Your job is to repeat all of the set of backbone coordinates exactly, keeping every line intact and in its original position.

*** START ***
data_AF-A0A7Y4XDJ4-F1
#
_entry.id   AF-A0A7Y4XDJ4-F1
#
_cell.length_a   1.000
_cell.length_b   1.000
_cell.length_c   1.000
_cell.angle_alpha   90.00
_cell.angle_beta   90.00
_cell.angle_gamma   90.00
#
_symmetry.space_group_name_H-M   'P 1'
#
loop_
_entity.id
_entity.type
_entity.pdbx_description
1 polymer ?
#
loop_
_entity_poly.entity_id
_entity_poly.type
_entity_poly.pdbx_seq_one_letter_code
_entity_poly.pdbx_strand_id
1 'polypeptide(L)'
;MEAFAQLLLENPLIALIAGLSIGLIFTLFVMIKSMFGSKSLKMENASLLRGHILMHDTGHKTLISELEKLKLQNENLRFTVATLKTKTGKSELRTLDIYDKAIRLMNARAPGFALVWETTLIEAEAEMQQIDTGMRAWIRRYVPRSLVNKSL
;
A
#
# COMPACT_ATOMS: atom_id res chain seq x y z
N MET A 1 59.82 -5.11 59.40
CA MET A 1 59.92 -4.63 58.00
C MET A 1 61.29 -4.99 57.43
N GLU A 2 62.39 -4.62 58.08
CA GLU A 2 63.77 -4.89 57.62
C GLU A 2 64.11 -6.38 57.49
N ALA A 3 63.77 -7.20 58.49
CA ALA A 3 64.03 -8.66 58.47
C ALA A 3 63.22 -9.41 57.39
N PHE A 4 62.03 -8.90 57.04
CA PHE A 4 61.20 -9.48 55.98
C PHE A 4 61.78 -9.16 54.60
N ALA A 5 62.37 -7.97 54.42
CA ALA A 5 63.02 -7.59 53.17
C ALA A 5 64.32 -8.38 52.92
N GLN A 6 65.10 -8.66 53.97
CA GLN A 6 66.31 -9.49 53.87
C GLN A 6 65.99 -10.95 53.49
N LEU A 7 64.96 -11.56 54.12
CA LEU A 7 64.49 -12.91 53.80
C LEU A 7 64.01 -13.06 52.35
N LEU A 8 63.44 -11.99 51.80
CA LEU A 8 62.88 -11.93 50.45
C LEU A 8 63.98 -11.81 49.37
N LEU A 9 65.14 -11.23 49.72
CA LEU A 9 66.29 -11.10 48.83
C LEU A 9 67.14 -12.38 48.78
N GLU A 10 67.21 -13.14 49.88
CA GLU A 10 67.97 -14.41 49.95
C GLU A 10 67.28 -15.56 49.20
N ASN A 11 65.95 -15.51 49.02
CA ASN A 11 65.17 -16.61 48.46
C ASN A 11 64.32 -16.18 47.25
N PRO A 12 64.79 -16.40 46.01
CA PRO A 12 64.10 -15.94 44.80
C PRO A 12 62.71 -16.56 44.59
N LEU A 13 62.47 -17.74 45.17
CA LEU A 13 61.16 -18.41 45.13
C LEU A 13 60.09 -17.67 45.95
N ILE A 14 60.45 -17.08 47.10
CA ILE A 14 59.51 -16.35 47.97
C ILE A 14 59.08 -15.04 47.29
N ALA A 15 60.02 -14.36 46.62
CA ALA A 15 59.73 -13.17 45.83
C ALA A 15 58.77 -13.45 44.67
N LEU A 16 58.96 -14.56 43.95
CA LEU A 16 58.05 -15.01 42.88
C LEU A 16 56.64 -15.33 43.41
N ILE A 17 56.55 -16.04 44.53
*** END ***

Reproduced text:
data_AF-A0A7Y4XDJ4-F1
#
_entry.id   AF-A0A7Y4XDJ4-F1
#
_cell.length_a   1.000
_cell.length_b   1.000
_cell.length_c   1.000
_cell.angle_alpha   90.00
_cell.angle_beta   90.00
_cell.angle_gamma   90.00
#
_symmetry.space_group_name_H-M   'P 1'
#
loop_
_entity.id
_entity.type
_entity.pdbx_description
1 polymer ?
#
loop_
_entity_poly.entity_id
_entity_poly.type
_entity_poly.pdbx_seq_one_letter_code
_entity_poly.pdbx_strand_id
1 'polypeptide(L)'
;MEAFAQLLLENPLIALIAGLSIGLIFTLFVMIKSMFGSKSLKMENASLLRGHILMHDTGHKTLISELEKLKLQNENLRFTVATLKTKTGKSELRTLDIYDKAIRLMNARAPGFALVWETTLIEAEAEMQQIDTGMRAWIRRYVPRSLVNKSL
;
A
#
# COMPACT_ATOMS: atom_id res chain seq x y z
N MET A 1 59.82 -5.11 59.40
CA MET A 1 59.92 -4.63 58.00
C MET A 1 61.29 -4.99 57.43
N GLU A 2 62.39 -4.62 58.08
CA GLU A 2 63.77 -4.89 57.62
C GLU A 2 64.11 -6.38 57.49
N ALA A 3 63.77 -7.20 58.49
CA ALA A 3 64.03 -8.66 58.47
C ALA A 3 63.22 -9.41 57.39
N PHE A 4 62.03 -8.90 57.04
CA PHE A 4 61.20 -9.48 55.98
C PHE A 4 61.78 -9.16 54.60
N ALA A 5 62.37 -7.97 54.42
CA ALA A 5 63.02 -7.59 53.17
C ALA A 5 64.32 -8.38 52.92
N GLN A 6 65.10 -8.66 53.97
CA GLN A 6 66.31 -9.49 53.87
C GLN A 6 65.99 -10.95 53.49
N LEU A 7 64.96 -11.56 54.12
CA LEU A 7 64.49 -12.91 53.80
C LEU A 7 64.01 -13.06 52.35
N LEU A 8 63.44 -11.99 51.80
CA LEU A 8 62.88 -11.93 50.45
C LEU A 8 63.98 -11.81 49.37
N LEU A 9 65.14 -11.23 49.72
CA LEU A 9 66.29 -11.10 48.83
C LEU A 9 67.14 -12.38 48.78
N GLU A 10 67.21 -13.14 49.88
CA GLU A 10 67.97 -14.41 49.95
C GLU A 10 67.28 -15.56 49.20
N ASN A 11 65.95 -15.51 49.02
CA ASN A 11 65.17 -16.61 48.46
C ASN A 11 64.32 -16.18 47.25
N PRO A 12 64.79 -16.40 46.01
CA PRO A 12 64.10 -15.94 44.80
C PRO A 12 62.71 -16.56 44.59
N LEU A 13 62.47 -17.74 45.17
CA LEU A 13 61.16 -18.41 45.13
C LEU A 13 60.09 -17.67 45.95
N ILE A 14 60.45 -17.08 47.10
CA ILE A 14 59.51 -16.35 47.97
C ILE A 14 59.08 -15.04 47.29
N ALA A 15 60.02 -14.36 46.62
CA ALA A 15 59.73 -13.17 45.83
C ALA A 15 58.77 -13.45 44.67
N LEU A 16 58.96 -14.56 43.95
CA LEU A 16 58.05 -15.01 42.88
C LEU A 16 56.64 -15.33 43.41
N ILE A 17 56.55 -16.04 44.53